Member of the group of star trackers at Harvard Observatory, Leavitt discovered the period-luminosity relation, a novel method to measure the distance to astronomical objects. Leavitt found this relation after a systematic and detailed analysis of Cepheid stars. During one year (1905), she discovered 843 new variable stars in the Small Magellanic Cloud, discovering a total 2400 variables in this galaxy during her career. She also found four novae. The recognition of the importance of her scientific work came only after her death, partly because of the intention to nominate her for the 1925 Nobel prize, which was impossible as the prize can not be awarded post-mortem.

Despite her contributions to astronomy, when she died her professional standing was still at the assistant level.

Her work allowed astronomers to determine the size of our Galaxy and the scale of the Universe.

On the calendar there's also an old portrait photograph and an artist's impression of Henrietta studying photographic images.

More information from A Science Odyssey at PBS Online: she became head of the photographic photometry department at Harvard College Observatory, and developed the standard of photographic measurements known as the Harvard Standard.
susanreads: galaxy with planets in foreground (blue on black) (astronomy)
She is an astronomer, September:
Annie Jump Cannon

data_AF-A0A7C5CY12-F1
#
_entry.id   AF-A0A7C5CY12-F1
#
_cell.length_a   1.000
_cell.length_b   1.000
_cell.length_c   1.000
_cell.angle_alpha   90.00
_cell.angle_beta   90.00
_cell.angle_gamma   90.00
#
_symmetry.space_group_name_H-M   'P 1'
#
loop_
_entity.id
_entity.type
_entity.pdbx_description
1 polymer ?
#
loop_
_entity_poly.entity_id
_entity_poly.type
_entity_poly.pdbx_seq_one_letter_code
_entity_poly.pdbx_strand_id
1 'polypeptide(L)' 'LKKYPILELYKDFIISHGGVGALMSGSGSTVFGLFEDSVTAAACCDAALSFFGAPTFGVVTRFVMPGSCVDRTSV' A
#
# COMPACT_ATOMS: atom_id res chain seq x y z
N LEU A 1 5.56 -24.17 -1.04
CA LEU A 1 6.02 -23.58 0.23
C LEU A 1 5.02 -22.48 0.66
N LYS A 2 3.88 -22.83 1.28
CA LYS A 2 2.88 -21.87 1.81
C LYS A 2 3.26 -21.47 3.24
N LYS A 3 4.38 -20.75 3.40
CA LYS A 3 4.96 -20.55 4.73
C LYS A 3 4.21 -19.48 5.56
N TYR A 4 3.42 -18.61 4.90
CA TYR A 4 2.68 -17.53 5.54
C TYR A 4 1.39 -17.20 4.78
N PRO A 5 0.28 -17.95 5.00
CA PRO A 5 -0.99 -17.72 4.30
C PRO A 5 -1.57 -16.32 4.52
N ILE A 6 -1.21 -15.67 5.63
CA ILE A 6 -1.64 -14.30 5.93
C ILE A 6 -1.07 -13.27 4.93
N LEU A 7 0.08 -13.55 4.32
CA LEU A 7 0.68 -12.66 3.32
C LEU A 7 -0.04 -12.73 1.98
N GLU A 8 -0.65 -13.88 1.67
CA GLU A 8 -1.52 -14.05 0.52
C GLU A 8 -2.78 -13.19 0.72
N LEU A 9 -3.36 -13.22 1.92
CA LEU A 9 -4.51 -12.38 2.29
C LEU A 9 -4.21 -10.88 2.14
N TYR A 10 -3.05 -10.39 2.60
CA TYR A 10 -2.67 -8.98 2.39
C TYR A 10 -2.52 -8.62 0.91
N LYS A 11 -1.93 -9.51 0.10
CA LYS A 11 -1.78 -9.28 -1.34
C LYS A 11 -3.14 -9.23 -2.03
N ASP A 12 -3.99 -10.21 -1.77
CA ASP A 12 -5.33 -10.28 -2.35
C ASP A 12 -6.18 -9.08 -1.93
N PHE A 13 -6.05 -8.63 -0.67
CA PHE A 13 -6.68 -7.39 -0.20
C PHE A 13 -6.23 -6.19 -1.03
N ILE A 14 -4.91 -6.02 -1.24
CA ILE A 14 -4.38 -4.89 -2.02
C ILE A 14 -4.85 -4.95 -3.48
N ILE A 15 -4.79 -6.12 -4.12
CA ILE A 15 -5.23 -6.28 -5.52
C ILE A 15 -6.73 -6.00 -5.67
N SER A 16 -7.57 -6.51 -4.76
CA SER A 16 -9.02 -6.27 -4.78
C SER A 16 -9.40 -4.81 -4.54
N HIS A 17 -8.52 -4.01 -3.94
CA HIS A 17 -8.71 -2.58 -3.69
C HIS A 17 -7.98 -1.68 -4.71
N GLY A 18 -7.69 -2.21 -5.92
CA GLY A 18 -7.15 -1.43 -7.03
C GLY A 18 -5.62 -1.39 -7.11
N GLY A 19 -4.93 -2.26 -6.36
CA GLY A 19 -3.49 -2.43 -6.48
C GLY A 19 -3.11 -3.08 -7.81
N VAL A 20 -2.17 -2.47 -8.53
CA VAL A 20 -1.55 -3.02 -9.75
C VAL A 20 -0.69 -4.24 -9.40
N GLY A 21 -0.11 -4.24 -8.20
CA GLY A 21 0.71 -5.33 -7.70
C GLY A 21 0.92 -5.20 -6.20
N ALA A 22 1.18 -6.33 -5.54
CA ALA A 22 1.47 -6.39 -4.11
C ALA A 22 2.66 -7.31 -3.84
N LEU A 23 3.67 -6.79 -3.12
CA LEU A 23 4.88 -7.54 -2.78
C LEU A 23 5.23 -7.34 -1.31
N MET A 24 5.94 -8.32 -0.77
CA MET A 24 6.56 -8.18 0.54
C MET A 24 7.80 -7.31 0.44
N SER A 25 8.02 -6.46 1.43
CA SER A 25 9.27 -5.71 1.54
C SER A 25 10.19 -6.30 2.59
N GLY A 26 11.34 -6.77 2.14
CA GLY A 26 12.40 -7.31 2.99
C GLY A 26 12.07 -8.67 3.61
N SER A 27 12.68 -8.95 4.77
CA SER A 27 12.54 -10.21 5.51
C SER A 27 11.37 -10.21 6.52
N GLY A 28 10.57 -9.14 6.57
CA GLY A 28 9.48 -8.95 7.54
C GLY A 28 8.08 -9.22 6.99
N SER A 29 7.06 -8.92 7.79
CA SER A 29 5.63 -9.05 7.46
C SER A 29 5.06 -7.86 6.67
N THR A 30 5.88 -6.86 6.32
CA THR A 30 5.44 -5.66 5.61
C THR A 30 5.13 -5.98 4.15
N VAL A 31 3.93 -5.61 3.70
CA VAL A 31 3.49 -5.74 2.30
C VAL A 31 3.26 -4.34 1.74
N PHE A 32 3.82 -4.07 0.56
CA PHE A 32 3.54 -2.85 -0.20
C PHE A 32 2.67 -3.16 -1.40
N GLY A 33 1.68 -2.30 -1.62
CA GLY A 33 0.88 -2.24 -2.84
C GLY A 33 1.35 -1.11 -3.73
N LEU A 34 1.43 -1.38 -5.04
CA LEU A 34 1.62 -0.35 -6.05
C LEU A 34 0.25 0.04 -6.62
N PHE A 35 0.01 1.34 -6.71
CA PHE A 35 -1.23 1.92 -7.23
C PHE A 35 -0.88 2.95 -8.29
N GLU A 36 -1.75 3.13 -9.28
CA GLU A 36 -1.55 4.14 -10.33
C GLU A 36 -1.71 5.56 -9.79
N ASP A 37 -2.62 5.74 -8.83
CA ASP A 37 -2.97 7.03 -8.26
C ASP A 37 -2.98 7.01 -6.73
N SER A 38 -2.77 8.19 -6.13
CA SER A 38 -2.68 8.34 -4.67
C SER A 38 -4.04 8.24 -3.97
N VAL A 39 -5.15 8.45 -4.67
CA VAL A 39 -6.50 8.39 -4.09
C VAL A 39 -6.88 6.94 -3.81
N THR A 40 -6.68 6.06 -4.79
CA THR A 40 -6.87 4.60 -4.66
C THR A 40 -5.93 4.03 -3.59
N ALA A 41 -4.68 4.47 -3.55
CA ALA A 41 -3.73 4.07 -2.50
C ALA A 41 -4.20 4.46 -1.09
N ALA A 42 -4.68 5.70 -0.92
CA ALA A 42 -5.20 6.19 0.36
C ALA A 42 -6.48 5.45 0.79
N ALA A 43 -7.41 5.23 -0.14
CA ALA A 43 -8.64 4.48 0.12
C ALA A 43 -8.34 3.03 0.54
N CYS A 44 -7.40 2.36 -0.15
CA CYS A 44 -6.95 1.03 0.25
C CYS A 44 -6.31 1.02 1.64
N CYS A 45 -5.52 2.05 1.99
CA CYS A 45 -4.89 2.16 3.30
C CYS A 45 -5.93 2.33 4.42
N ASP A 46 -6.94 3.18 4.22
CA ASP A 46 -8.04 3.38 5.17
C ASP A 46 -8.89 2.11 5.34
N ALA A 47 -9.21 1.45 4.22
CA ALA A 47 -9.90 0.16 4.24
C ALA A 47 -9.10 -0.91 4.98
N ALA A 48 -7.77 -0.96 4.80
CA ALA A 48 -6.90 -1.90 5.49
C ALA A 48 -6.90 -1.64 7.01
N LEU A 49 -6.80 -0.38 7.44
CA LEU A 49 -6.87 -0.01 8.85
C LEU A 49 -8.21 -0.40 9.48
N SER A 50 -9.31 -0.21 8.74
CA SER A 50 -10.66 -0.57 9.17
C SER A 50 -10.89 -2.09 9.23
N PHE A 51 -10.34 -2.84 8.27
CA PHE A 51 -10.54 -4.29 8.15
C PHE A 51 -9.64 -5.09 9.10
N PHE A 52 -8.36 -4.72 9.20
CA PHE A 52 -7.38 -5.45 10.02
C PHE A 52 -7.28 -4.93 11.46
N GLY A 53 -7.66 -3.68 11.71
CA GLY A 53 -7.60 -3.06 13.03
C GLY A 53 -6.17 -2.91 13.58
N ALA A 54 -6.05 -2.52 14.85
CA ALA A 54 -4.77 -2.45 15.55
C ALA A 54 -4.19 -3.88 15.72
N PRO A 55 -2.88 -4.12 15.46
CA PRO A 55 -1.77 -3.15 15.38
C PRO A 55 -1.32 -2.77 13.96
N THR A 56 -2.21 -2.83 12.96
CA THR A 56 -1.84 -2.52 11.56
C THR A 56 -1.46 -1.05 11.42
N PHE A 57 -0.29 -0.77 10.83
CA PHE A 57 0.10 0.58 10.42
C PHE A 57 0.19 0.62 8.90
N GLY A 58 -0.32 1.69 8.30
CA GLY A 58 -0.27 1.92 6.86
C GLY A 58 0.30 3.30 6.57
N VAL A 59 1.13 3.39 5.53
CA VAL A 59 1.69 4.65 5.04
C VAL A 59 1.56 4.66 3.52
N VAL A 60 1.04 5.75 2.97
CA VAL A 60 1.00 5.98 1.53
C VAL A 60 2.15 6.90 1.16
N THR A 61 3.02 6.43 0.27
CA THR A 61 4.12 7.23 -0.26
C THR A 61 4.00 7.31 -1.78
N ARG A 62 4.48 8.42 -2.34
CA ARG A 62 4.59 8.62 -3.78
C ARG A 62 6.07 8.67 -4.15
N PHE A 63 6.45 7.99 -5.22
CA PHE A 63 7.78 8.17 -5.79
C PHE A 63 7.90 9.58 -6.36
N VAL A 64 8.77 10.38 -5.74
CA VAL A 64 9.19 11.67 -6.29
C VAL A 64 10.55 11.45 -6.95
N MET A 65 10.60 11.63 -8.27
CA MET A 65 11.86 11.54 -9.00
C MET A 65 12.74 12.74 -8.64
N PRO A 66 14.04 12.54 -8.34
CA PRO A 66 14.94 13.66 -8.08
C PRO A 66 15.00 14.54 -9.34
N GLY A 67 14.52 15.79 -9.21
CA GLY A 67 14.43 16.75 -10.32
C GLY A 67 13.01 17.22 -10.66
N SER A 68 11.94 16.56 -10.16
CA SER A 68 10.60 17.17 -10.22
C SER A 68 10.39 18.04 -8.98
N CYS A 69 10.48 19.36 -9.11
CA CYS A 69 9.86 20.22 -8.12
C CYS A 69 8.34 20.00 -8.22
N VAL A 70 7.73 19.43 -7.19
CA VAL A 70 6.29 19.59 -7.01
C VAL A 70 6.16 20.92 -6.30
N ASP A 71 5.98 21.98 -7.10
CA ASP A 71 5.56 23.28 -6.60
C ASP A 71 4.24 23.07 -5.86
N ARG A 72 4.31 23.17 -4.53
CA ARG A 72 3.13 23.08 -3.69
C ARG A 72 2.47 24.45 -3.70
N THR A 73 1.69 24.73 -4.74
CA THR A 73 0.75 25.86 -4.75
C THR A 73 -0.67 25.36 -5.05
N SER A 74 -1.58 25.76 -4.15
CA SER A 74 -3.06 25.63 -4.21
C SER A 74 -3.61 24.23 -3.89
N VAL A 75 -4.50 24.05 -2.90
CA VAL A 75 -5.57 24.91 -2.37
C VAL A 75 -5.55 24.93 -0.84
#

Cannon is the most wellknown of the "Pickering’s women", the group of women hired by Harvard Observatory director Edward Pickering to make the Draper Catalog, mapping and classifying all the stars in the sky. She invented the stellar classification scheme of spectral classes O, B, A, F, G, K, M, and she gave her system a mnemonic of "Oh Be a Fine Girl and Kiss Me." This system was adopted with very small changes by the International Astronomical Union. Her career lasted more than 40 years, during which time she classified more stars than any other person in history, male or female.

She was the first woman to be given an honoris causa doctorate degree by the University of Oxford (1925).

She determined and classified the spectra of more than 230,000 stars.

On the calendar there's also an old portrait photograph and a modern painting of Annie with a diagram of the colours and sizes of stars.

More info from her Wikipedia entry: She originally graduated in physics. "Uninterested in the limited career opportunities available to women, she grew bored and restless. Her partial hearing loss made socializing difficult"... Her first astronomy-related job was as assistant to Sarah Frances Whiting, Professor of Physics and Astronomy at Wellesley, and it was then that she took graduate courses, learned spectroscopy, and developed her photographic skills. Another woman important to her career was Anna Draper, who set up a fund to support the cataloguing work.

Wellesley College has several pages about her life and work.
susanreads: galaxy with planets in foreground (blue on black) (astronomy)
She is an astronomer, August:
Williamina Paton Stevens Fleming


Born in Scotland, Fleming worked there as a teacher until she moved with her husband to the United States. With a broken marriage and pregnant, she began working as a maid for Edward Pickering, the Director of Harvard Observatory. Soon she was in charge of carefully reviewing photographic plates of the sky, some of which were of very poor quality, and obtained excellent results such as the discovery of the Horsehead Nebula. She was finally appointed as curator of the plates archive in 1898, the first institutional position in Harvard held by a woman.

She immigrated to United States from Scotland in 1878.

She discovered 10 novas, 59 gaseous nebulae and over 300 variable stars.